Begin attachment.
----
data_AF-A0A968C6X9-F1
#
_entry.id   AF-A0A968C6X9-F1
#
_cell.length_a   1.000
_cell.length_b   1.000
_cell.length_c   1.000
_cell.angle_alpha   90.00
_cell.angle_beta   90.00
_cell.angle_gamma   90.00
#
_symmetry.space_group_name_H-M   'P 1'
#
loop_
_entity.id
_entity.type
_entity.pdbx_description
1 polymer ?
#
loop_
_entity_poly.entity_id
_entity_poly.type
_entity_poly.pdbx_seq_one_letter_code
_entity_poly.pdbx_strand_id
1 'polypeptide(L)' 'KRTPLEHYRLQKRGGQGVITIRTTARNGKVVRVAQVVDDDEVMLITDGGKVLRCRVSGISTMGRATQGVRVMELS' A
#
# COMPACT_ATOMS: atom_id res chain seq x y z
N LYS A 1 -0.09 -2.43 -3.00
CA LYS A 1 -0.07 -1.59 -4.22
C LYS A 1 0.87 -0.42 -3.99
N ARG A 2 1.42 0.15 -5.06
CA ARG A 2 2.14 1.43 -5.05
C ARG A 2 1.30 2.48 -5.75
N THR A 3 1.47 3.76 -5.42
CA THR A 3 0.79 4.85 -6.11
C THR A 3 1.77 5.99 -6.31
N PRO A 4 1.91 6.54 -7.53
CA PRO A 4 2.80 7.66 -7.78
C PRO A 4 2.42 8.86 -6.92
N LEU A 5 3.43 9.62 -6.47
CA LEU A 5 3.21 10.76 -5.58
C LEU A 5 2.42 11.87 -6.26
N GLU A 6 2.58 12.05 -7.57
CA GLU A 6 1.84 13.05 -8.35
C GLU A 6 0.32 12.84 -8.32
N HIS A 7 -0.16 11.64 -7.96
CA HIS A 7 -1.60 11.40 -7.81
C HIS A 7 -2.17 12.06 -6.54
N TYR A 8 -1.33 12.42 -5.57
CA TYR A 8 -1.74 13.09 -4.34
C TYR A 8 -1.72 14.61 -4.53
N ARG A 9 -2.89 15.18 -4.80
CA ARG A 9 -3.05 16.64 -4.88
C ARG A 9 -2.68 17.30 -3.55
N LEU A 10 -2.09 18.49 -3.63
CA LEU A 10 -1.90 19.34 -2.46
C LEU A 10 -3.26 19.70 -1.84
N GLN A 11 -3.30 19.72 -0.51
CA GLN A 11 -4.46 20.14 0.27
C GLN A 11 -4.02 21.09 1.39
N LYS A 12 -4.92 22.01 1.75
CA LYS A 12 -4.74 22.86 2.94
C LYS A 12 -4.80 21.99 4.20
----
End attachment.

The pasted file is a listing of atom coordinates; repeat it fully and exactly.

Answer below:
data_AF-A0A968C6X9-F1
#
_entry.id   AF-A0A968C6X9-F1
#
_cell.length_a   1.000
_cell.length_b   1.000
_cell.length_c   1.000
_cell.angle_alpha   90.00
_cell.angle_beta   90.00
_cell.angle_gamma   90.00
#
_symmetry.space_group_name_H-M   'P 1'
#
loop_
_entity.id
_entity.type
_entity.pdbx_description
1 polymer ?
#
loop_
_entity_poly.entity_id
_entity_poly.type
_entity_poly.pdbx_seq_one_letter_code
_entity_poly.pdbx_strand_id
1 'polypeptide(L)' 'KRTPLEHYRLQKRGGQGVITIRTTARNGKVVRVAQVVDDDEVMLITDGGKVLRCRVSGISTMGRATQGVRVMELS' A
#
# COMPACT_ATOMS: atom_id res chain seq x y z
N LYS A 1 -0.09 -2.43 -3.00
CA LYS A 1 -0.07 -1.59 -4.22
C LYS A 1 0.87 -0.42 -3.99
N ARG A 2 1.42 0.15 -5.06
CA ARG A 2 2.14 1.43 -5.05
C ARG A 2 1.30 2.48 -5.75
N THR A 3 1.47 3.76 -5.42
CA THR A 3 0.79 4.85 -6.11
C THR A 3 1.77 5.99 -6.31
N PRO A 4 1.91 6.54 -7.53
CA PRO A 4 2.80 7.66 -7.78
C PRO A 4 2.42 8.86 -6.92
N LEU A 5 3.43 9.62 -6.47
CA LEU A 5 3.21 10.76 -5.58
C LEU A 5 2.42 11.87 -6.26
N GLU A 6 2.58 12.05 -7.57
CA GLU A 6 1.84 13.05 -8.35
C GLU A 6 0.32 12.84 -8.32
N HIS A 7 -0.16 11.64 -7.96
CA HIS A 7 -1.60 11.40 -7.81
C HIS A 7 -2.17 12.06 -6.54
N TYR A 8 -1.33 12.42 -5.57
CA TYR A 8 -1.74 13.09 -4.34
C TYR A 8 -1.72 14.61 -4.53
N ARG A 9 -2.89 15.18 -4.80
CA ARG A 9 -3.05 16.64 -4.88
C ARG A 9 -2.68 17.30 -3.55
N LEU A 10 -2.09 18.49 -3.63
CA LEU A 10 -1.90 19.34 -2.46
C LEU A 10 -3.26 19.70 -1.84
N GLN A 11 -3.30 19.72 -0.51
CA GLN A 11 -4.46 20.14 0.27
C GLN A 11 -4.02 21.09 1.39
N LYS A 12 -4.92 22.01 1.75
CA LYS A 12 -4.74 22.86 2.94
C LYS A 12 -4.80 21.99 4.20